Communist elected to head Nepal government

KATMANDU, Nepal (AP) — Lawmakers elected a communist party leader as Nepal’s new prime minister on Saturday in a move aimed at ending weeks of political turmoil.

Madhav Kumar Nepal of the Communist Party of Nepal (United Marxist Leninist) was elected unopposed, parliament speaker Subash Nemwang announced.

Parliament members congratulated Nepal, and his supporters cheered and offered him flowers when he walked out of parliament.

Nepal, 56, has the backing of 22 political parties and 350 members in the 601-seat parliament, more than the simple majority required to be elected.

Nepal has been a prominent figure in Nepalese politics for more than a decade. He was a key figure in 2005 protests against the authoritarian rule of then-King Gyanendra and the weeks of street protests that led to the restoration of democracy a year later.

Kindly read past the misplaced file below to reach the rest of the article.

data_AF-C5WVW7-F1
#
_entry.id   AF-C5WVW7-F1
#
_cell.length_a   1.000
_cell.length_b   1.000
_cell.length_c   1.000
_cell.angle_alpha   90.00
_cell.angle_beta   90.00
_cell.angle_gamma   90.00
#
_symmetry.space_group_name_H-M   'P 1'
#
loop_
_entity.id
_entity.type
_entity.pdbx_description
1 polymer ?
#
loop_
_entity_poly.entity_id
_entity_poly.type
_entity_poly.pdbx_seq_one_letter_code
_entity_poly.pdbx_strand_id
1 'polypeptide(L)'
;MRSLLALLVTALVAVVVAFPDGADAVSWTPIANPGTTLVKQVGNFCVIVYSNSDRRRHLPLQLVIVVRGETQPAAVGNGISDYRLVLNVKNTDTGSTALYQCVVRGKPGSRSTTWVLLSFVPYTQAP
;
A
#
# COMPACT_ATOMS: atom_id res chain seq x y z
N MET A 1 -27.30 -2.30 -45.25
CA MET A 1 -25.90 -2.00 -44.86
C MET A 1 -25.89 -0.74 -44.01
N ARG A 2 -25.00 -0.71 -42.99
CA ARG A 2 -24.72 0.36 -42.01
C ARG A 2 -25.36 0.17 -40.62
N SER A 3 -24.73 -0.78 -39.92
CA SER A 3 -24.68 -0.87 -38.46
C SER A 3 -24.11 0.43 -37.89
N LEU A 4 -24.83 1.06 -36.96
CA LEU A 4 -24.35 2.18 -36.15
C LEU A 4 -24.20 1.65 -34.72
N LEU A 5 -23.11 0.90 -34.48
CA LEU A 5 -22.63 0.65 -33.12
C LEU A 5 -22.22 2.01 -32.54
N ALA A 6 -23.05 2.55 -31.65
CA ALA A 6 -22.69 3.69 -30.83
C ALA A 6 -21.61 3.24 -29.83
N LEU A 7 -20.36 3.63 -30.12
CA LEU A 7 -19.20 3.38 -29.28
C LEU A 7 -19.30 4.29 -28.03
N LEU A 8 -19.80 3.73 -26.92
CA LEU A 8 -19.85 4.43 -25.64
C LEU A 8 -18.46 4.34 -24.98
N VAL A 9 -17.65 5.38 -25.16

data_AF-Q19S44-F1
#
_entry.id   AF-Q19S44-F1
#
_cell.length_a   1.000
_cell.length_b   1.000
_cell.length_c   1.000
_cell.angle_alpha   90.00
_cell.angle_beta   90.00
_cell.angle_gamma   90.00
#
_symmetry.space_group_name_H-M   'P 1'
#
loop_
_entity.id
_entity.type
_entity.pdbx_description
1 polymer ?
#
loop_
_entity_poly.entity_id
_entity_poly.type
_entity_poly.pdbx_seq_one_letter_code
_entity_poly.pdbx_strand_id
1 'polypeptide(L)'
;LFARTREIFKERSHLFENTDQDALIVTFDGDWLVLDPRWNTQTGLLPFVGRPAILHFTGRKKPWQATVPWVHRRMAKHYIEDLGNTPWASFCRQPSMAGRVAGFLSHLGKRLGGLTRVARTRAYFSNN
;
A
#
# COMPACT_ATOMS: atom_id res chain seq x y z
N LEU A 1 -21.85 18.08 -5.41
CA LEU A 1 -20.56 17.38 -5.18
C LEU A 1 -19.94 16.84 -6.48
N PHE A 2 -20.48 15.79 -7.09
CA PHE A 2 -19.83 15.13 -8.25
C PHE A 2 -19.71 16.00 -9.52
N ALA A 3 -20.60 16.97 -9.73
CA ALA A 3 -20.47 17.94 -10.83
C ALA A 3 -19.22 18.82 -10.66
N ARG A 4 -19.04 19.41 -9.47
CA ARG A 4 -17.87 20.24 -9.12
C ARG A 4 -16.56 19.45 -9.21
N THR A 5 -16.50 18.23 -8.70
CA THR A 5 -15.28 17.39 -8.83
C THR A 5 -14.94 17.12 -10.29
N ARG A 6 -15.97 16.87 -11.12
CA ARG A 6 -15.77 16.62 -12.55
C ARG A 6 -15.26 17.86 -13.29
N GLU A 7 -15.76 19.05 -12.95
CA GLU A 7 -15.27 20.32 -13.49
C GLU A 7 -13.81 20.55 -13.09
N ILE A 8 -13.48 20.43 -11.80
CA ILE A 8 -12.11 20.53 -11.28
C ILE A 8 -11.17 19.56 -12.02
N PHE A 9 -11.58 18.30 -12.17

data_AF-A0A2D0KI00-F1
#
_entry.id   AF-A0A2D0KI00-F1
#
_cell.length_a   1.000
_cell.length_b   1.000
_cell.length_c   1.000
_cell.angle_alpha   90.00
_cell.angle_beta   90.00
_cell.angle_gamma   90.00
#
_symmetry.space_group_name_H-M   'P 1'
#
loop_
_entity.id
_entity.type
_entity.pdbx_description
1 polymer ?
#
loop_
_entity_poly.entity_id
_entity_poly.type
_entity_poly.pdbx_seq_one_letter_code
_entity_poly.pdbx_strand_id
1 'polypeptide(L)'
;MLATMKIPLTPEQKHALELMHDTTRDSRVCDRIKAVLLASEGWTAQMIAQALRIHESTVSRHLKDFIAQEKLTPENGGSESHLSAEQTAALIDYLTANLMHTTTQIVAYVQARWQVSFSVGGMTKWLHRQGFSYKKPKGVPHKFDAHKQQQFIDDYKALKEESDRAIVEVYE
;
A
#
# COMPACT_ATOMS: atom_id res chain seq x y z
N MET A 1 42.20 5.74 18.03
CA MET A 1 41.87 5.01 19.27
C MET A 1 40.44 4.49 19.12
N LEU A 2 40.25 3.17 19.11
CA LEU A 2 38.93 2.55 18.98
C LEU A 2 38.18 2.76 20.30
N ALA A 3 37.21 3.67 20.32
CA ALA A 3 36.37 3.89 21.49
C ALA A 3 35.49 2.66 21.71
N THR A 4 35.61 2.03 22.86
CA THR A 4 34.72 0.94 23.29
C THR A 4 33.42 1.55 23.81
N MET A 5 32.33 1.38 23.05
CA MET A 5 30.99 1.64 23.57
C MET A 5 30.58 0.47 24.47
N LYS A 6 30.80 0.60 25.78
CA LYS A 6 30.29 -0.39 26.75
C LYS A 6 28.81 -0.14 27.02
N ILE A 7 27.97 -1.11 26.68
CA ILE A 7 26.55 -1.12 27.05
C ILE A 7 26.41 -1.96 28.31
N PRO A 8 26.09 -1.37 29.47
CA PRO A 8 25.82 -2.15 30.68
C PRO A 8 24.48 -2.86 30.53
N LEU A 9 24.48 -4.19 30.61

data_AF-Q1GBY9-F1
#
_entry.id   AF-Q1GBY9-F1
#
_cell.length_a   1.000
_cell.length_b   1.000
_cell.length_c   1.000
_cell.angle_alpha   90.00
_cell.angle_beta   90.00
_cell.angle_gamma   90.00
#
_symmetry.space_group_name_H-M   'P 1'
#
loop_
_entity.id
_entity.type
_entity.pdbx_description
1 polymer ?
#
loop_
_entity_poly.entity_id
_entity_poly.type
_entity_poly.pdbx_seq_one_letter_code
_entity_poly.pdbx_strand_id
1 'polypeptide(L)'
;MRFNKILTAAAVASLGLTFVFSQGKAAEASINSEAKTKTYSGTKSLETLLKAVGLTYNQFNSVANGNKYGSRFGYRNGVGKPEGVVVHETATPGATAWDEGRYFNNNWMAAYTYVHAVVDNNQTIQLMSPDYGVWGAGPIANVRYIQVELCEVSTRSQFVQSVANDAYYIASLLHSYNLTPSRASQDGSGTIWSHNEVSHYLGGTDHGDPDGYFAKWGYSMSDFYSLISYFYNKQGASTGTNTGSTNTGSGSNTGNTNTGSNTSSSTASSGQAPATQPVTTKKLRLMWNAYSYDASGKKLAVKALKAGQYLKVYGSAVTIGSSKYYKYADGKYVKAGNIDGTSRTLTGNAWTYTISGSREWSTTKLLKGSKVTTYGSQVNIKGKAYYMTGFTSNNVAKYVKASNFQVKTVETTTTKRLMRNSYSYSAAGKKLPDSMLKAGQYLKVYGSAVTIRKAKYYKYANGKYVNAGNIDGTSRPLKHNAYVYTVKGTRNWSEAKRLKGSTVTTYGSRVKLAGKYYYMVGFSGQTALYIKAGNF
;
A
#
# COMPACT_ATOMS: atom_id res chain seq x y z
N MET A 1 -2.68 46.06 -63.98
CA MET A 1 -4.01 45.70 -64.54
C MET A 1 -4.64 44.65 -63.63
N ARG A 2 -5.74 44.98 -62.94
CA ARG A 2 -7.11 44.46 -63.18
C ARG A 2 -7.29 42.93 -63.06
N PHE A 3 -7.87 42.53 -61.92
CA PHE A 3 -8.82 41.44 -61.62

The previous prime minister, former Maoist rebel chief Pushpa Kamal Dahal, resigned May 4 following a dispute with Nepal’s president.

Dahal’s party, the Communist Party of Nepal (Maoist), had blocked parliamentary proceedings but ended its protest several days ago, allowing Saturday’s election.

Maoist lawmakers walked out of parliament on Saturday and did not participate in the process.

Both Dahal’s and Nepal’s parties are communist but differ in policies and beliefs. CPN-UML did not support the armed struggle conducted by the Maoists, opting, instead, for a course of political struggle against the monarchy and for democracy. The CPN-UML had led the government in the 1990s. It also negotiated with the Maoists more recently to come into the political and peace processes.

The Maoists ended their decade-long armed struggle just three years ago and entered a peace process. They won general elections in 2008 but did not obtain a majority in parliament. Nepal’s party has long been part of mainstream politics.

Dahal resigned after President Ram Baran Yadav rejected his sacking of the country’s army chief, who had resisted efforts to integrate former Maoist fighters into the military.


Associated Press
Associated Press

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